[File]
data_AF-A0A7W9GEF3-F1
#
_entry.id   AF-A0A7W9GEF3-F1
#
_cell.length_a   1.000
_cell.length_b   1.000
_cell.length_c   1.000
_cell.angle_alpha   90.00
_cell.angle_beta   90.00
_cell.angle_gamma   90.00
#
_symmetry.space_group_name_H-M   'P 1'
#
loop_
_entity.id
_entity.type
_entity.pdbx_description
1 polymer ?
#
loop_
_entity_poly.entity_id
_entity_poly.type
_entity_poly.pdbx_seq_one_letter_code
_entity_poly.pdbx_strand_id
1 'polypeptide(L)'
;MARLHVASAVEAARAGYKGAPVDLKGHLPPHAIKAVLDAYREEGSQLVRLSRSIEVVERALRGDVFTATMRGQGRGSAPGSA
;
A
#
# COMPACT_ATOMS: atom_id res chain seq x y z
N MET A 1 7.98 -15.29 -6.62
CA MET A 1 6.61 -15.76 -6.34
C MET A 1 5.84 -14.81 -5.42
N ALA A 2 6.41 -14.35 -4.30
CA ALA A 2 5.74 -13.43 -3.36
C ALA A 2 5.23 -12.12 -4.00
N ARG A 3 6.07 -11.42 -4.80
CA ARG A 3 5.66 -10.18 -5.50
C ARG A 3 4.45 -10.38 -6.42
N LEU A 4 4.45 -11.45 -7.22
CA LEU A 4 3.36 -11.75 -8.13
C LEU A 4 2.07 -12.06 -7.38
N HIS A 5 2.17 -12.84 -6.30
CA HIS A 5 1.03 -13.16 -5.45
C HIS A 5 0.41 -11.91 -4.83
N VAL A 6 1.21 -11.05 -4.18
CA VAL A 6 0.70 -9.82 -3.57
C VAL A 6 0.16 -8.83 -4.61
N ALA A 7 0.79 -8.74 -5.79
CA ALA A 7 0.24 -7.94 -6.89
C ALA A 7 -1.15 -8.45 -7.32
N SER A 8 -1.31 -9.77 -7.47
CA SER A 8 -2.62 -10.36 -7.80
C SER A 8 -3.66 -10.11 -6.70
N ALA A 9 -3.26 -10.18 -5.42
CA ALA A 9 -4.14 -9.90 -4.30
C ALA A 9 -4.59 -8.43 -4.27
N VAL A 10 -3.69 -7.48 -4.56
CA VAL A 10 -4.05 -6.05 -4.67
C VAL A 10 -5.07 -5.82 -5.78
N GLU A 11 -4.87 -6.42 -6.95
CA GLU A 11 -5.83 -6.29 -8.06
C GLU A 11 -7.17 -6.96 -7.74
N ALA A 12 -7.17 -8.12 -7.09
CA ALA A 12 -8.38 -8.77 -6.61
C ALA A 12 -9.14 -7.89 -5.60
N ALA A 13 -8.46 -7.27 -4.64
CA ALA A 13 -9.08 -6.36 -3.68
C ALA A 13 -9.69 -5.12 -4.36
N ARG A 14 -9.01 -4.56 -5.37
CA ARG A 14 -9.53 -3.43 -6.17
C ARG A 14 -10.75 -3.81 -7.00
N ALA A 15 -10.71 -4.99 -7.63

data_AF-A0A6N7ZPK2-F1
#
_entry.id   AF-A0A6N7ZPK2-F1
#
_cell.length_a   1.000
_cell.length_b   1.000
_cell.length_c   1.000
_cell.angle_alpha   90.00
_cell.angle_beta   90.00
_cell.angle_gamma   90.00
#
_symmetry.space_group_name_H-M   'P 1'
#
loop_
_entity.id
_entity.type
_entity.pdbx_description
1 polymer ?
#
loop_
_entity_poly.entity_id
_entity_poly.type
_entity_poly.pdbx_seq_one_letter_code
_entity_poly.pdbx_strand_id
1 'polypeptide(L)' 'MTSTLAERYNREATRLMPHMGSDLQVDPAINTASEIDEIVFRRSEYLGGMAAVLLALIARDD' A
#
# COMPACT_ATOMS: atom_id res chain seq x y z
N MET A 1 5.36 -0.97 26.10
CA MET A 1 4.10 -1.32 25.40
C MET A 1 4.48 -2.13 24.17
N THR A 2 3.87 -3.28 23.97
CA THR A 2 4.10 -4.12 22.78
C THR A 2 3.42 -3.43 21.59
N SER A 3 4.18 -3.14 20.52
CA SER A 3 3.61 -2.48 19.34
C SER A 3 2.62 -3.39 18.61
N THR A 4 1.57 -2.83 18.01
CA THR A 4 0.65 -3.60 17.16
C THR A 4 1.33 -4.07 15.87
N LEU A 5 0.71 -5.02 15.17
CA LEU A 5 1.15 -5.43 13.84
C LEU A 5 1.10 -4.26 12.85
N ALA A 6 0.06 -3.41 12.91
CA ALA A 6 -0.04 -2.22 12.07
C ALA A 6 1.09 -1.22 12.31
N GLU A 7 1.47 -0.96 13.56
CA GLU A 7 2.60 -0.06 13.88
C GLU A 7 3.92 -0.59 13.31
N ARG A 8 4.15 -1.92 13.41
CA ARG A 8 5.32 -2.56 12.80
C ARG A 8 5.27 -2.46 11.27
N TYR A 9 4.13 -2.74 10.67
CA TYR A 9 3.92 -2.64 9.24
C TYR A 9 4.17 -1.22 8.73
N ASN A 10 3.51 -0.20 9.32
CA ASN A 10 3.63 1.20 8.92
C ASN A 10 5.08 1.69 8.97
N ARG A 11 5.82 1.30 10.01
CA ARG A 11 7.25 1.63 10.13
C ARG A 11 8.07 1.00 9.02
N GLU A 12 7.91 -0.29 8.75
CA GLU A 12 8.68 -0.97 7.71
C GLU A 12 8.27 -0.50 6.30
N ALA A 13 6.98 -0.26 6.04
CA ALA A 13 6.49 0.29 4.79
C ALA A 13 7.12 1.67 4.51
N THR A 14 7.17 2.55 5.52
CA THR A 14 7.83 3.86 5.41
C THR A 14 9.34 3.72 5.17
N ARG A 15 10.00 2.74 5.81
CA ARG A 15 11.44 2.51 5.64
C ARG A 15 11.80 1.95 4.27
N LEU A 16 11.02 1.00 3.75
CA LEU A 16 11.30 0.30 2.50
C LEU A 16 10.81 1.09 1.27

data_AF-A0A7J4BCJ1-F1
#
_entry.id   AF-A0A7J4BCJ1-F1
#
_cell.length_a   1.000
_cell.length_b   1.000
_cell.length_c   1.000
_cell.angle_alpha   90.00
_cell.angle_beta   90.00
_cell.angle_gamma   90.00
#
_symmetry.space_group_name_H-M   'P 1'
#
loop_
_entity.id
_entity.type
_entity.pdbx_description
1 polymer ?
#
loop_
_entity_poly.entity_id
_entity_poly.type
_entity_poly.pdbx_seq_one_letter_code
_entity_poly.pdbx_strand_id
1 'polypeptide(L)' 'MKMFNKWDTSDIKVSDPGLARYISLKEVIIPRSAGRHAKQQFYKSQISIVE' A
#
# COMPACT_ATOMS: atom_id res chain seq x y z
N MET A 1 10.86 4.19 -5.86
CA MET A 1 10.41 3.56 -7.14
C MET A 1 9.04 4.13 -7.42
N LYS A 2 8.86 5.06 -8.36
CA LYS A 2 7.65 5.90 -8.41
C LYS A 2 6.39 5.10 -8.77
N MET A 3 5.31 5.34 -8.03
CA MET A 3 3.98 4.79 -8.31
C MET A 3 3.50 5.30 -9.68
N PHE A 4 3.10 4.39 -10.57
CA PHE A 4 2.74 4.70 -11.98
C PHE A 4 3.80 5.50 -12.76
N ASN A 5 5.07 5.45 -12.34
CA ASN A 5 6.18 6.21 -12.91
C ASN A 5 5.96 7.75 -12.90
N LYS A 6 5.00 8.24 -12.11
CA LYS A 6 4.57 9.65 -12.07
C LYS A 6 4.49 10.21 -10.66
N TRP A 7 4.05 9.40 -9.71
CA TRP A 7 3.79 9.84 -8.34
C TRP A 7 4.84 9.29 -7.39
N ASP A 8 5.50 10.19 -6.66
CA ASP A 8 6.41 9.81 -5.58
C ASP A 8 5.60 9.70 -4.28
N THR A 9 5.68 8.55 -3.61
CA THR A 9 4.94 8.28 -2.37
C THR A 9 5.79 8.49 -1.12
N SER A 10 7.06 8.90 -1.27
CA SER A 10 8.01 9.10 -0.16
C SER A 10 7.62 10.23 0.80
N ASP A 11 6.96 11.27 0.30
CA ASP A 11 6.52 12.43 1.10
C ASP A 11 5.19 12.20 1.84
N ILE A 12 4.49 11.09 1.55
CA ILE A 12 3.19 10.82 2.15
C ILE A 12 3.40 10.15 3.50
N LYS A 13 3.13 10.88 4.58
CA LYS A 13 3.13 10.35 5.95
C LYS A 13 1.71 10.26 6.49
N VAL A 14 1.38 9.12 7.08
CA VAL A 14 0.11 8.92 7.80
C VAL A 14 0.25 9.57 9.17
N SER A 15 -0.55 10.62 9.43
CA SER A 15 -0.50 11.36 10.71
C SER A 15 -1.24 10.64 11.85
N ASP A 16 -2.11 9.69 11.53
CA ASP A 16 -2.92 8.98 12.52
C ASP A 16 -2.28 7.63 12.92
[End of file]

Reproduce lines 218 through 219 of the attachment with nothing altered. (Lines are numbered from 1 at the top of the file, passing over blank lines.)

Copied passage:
N SER A 15 -0.55 10.62 9.43
CA SER A 15 -0.50 11.36 10.71